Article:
Monday, May 21, 2018
Editorials

Editorial: Power grab hurts lower-wage workers

Local control is about to be seriously eroded by Republican legislators who would interfere with efforts by Florida's cities and counties to help low-wage workers. The Senate may vote as early as Thursday to prevent local governments from granting private sector workers paid sick leave, which the House already has approved. Local governments ought to be able to help their residents without interference by state lawmakers doing the Florida Chamber of Commerce's bidding.

About 40 percent of private sector workers and 80 percent of low-income workers do not receive paid sick days. That forces retail clerks, child care workers, restaurant servers and others to come to work sick or lose money. Contrary to the claims of the Florida Chamber of Commerce, businesses benefit from paid sick leave requirements. Increases in worker productivity outweigh the relatively small costs, according to a study of Connecticut's statewide paid sick leave requirements.

In Florida, a fight over the issue is centered in Orange County. After a group collected 50,000 signatures to put an earned sick time measure on the ballot, the county commission used underhanded tactics to prevent it from coming before voters last November. A panel of judges found that the commissioners violated the county charter and ordered the measure to be placed on the ballot in 2014.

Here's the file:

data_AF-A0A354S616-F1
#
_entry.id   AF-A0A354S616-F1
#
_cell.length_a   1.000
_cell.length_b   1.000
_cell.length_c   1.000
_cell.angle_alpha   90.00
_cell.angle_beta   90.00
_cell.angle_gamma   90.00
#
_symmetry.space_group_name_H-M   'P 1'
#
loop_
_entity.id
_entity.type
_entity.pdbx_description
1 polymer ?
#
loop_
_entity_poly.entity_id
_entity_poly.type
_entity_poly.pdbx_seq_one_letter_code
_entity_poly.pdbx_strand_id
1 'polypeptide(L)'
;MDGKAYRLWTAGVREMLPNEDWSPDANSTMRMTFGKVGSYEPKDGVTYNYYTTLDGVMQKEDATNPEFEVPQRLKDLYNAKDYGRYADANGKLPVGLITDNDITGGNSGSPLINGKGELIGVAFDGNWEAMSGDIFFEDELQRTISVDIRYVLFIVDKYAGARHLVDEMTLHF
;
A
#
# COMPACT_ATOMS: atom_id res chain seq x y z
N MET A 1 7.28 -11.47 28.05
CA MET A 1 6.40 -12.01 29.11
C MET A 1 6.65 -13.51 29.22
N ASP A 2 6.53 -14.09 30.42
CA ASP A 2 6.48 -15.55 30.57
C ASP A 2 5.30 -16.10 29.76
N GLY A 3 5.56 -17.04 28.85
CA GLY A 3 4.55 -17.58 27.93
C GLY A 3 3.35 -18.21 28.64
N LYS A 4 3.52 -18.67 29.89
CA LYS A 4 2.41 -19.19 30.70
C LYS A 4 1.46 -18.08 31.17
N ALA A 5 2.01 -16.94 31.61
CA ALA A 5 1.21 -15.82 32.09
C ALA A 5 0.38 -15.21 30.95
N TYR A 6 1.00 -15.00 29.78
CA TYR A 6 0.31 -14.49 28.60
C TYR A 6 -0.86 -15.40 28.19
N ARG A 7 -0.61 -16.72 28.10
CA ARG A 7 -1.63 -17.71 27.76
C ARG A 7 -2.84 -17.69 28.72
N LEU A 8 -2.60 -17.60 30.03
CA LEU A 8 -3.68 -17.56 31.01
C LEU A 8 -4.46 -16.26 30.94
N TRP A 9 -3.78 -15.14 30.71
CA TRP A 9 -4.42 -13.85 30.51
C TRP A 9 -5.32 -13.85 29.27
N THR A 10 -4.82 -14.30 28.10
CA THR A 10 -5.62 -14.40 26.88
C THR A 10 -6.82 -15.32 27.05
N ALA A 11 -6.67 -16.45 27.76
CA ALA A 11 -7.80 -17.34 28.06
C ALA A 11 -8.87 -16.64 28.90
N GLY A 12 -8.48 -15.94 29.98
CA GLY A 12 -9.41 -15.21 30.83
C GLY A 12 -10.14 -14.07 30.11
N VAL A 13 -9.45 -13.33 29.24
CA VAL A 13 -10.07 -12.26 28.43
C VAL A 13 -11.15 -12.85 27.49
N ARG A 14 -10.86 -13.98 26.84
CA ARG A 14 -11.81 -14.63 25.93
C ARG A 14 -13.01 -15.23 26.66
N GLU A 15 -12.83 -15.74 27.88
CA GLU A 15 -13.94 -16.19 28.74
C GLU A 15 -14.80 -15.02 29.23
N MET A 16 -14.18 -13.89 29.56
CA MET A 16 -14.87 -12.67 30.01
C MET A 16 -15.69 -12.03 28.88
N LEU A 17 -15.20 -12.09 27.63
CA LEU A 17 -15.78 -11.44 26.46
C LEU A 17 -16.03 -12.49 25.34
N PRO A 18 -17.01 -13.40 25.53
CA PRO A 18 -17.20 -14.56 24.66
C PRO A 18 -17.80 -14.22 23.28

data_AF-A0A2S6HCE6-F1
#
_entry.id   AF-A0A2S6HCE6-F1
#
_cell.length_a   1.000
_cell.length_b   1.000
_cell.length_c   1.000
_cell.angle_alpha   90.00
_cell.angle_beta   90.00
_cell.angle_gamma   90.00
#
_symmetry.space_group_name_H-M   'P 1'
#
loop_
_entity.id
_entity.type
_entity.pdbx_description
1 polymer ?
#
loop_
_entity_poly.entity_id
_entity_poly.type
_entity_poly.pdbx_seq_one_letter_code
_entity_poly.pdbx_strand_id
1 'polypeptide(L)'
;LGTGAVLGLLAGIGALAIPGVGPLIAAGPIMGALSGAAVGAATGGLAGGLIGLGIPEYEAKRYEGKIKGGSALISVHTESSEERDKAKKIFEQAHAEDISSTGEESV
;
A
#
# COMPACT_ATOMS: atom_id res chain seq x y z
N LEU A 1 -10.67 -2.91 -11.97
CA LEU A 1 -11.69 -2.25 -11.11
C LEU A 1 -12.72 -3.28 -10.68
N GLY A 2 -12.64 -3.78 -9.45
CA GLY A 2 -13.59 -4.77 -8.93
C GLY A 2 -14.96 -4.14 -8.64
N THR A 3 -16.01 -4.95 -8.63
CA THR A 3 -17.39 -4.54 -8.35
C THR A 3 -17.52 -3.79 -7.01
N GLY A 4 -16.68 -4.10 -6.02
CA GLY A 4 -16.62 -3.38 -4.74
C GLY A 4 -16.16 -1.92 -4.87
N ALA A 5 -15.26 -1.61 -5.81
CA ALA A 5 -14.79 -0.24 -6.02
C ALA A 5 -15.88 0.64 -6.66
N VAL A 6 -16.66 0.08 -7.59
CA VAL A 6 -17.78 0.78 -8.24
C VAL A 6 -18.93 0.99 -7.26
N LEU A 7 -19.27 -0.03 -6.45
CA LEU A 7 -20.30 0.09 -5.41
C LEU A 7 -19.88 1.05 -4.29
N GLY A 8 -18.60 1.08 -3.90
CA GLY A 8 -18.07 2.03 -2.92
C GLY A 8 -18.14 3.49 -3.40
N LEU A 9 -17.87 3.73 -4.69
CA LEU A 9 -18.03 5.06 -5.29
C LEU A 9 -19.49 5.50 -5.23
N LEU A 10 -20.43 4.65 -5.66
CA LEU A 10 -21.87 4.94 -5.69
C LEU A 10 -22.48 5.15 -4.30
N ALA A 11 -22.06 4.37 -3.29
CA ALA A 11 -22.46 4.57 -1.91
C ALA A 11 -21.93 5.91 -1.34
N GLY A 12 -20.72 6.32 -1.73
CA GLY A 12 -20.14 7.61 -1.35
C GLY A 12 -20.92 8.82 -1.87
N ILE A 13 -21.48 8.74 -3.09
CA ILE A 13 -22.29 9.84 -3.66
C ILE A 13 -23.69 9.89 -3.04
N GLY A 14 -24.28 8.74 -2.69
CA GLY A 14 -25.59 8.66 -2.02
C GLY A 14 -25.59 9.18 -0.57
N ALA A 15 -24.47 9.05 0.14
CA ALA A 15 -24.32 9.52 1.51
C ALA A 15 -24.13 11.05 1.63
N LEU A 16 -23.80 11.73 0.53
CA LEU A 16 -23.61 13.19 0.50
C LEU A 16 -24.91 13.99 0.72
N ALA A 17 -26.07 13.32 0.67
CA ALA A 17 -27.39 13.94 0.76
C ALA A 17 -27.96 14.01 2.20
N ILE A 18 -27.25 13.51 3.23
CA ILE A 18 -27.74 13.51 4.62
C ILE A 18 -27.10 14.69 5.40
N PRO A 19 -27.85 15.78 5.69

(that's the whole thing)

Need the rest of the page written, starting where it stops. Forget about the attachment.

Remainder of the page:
Now Republican state lawmakers from the region want to bar that vote entirely. Measures sponsored by Rep. Steve Precourt, R-Orlando, and Sen. David Simmons, R-Altamonte Springs, would pre-empt local ordinances across the state that provide workers with certain on-the-job benefits.

Simmons' bill, SB 726, would prohibit local governments from requiring businesses to provide employees with paid sick leave and other family and medical leave benefits. It would also create a statewide task force to study the issue, with members chosen by the Republican leadership of the House and Senate. Don't expect an objective review.

The House-passed HB 655 is even worse than Simmons' bill. It outlaws all local requirements that say employers must provide certain employment benefits and eliminates living wage standards that local governments set with their own vendors.

Counties and cities no longer could require employees of contractors be paid above the state or federal minimum wage. This would pre-empt laws in Miami-Dade, Broward and Palm Beach counties, and in cities such as Orlando, Miami Beach and Gainesville.

Precourt wants Tallahassee to trash a Miami-Dade County program that has run successfully for 14 years, providing lower-wage workers a better life so they are less reliant on public services and charity.

It's a familiar story. Special interests that lose at the local level go to Tallahassee and pressure a compliant Legislature to see things their way. These two bills would prevent local governments and voters from embracing reasonable job benefits such as paid sick leave. Senators who support local control and a productive work force should reject this power play.

Comments
Editorial: Tampa Bay House members fail to stand up to Big Sugar

Editorial: Tampa Bay House members fail to stand up to Big Sugar

Big Sugar remains king in Florida. Just three of the state’s 27 House members voted for an amendment to the farm bill late Thursday that would have started unwinding the needless government supports for sugar that gouge taxpayers. Predictably, the am...
Published: 05/18/18
Editorial: Bondi holds drug industry accountable for Florida opioid crisis

Editorial: Bondi holds drug industry accountable for Florida opioid crisis